with two aircraft instead of three, in my humble opinion an improvement. Close formation flying is very hard I can imagine, what Dan Friedkin and Ed Shipley showed is something I rarely see. Especially the inverted loop showed the pilot skills, with both aircraft inches from each other perfectly synchronised. Icing on the cake was that they brought their own P-51 Mustangs from the United States; P-51K-10NT "Fragile but Agile" and P-51D-30NA "February".
P-51 "Fragile but Agile" had a somewhat mistaken history, because as it turned out two P-51s used the same registration. After research she could be tracked back to Sweden, where she flew for the Swedish Air Force. P-51 "February" did not see any action during WOII, but has a long and distinguished list of operators within the USAF. From 1945 till 1955, she operated for eight different squadrons, and in 1958 was sold to the Guatemala Air Force. In 1972 she came back to the US, and had been operated by several private owners before becoming part of the Horsemen.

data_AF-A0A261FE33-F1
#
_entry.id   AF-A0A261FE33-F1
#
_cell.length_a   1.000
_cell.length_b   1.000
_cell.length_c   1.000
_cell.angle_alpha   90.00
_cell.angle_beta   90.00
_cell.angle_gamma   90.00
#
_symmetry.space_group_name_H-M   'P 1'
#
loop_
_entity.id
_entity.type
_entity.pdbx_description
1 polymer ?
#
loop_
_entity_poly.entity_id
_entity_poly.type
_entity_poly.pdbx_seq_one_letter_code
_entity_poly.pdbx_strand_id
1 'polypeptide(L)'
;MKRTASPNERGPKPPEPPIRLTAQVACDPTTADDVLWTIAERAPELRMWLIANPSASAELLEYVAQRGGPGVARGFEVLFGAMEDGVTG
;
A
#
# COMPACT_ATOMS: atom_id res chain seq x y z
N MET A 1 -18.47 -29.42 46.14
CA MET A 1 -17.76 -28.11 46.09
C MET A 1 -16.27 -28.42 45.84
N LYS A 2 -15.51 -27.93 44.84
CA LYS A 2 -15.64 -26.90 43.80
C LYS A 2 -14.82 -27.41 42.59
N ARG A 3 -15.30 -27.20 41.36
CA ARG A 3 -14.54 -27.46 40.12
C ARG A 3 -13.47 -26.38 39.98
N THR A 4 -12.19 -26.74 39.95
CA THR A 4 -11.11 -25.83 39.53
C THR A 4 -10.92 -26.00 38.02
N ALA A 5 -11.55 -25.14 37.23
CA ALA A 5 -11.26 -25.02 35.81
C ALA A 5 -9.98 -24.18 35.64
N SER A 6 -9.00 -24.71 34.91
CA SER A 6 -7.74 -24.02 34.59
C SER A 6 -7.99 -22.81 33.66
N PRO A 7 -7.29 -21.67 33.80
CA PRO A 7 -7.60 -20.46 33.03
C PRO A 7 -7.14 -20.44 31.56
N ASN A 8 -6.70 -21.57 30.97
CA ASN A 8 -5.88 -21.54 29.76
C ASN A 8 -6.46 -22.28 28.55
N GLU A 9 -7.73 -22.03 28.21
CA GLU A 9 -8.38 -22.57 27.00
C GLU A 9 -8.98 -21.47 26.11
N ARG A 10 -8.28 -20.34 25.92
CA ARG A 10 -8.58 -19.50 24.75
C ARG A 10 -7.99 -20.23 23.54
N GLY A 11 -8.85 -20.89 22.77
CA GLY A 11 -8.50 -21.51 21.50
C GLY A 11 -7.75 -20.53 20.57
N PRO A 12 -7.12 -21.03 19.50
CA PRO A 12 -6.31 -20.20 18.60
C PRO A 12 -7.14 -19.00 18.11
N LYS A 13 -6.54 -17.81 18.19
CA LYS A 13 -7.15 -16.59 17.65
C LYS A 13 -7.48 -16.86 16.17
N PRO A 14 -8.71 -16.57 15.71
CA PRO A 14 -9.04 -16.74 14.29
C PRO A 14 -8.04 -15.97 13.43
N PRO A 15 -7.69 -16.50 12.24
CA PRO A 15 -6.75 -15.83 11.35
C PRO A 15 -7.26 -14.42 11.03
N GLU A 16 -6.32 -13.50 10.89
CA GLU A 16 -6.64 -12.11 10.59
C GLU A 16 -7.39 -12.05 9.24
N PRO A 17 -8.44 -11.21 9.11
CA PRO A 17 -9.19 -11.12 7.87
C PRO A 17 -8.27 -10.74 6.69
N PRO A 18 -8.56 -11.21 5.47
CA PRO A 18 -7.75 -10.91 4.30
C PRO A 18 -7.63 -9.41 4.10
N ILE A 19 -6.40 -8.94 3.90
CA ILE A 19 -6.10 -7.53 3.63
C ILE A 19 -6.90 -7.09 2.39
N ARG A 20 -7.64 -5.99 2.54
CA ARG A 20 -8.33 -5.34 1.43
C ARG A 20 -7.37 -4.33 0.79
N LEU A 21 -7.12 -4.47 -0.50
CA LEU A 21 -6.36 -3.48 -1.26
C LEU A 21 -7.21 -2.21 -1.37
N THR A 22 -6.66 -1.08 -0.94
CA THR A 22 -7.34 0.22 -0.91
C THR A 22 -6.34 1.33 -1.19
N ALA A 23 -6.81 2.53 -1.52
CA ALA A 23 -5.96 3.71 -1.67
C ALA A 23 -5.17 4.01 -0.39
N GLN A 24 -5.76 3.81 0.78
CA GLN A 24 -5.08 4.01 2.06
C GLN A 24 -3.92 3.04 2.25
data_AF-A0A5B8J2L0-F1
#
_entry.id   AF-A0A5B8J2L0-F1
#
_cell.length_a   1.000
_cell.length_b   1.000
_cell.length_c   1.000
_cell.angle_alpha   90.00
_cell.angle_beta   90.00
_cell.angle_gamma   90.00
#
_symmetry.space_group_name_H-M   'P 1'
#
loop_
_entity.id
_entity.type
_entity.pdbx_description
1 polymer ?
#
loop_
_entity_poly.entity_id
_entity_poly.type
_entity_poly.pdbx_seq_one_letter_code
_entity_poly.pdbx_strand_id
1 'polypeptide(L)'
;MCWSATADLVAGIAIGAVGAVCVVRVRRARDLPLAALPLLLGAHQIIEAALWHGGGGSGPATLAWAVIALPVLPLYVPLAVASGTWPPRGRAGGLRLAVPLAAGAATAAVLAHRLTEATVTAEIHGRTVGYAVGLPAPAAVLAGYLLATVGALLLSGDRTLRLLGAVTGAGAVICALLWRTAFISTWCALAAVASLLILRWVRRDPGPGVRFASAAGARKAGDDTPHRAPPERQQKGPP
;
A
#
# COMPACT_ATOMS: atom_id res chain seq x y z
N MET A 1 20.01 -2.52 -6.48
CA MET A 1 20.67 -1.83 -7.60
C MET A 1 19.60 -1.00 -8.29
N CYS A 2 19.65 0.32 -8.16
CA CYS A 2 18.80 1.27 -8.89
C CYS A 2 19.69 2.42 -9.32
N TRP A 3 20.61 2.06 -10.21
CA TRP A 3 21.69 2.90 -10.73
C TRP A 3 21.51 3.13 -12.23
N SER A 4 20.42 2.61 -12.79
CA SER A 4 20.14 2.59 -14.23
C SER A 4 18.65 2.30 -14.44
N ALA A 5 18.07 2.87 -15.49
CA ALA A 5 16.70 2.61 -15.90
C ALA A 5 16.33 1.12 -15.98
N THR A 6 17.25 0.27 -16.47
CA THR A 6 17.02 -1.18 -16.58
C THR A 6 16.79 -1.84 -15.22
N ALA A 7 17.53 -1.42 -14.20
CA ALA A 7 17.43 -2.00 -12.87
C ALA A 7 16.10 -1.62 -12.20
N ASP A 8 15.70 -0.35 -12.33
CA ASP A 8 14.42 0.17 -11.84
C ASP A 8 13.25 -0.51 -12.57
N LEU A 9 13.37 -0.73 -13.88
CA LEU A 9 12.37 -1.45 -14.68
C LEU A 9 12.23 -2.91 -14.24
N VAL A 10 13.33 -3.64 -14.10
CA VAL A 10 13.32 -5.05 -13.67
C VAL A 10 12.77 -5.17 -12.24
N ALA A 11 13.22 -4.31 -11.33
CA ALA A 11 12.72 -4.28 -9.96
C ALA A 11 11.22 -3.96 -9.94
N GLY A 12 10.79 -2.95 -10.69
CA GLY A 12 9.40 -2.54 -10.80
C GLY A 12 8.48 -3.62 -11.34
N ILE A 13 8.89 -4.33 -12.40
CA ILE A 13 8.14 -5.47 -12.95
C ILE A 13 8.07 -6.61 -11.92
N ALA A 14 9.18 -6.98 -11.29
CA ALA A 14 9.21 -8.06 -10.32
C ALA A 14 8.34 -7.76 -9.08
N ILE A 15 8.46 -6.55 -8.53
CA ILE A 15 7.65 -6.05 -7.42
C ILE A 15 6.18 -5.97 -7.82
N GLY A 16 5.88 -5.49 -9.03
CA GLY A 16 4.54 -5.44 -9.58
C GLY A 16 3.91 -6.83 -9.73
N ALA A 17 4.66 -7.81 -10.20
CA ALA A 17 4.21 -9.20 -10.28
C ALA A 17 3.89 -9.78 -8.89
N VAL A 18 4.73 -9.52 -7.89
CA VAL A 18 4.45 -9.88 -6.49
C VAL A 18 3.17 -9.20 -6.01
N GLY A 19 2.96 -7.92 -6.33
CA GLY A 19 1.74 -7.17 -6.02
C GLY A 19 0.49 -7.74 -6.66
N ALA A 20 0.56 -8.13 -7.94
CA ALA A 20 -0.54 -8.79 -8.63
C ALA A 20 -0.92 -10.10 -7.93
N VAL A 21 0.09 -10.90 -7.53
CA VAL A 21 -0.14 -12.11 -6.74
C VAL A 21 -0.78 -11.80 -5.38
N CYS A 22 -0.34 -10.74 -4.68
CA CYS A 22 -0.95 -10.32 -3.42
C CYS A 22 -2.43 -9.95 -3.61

And last but certainly not least, an aircraft that is definitely on the "slow mover" list. A first ever appearance of this rather odd looking aircraft, the de Havilland DH 84 Dragon I "EI-ABI". This rare aircraft made her way from Dublin, Ireland, where it is carefully cherished by owner "Aer Lingus".
I always like the fact that each of the old aircraft up in the sky have different stories to tell. I like to know and remember these little facts. Besides that, you can see the care and tremendous effort that is put into every aircraft to keep them flying, and this is highly appreciated by the immense number of visitors to Flying Legends year after year.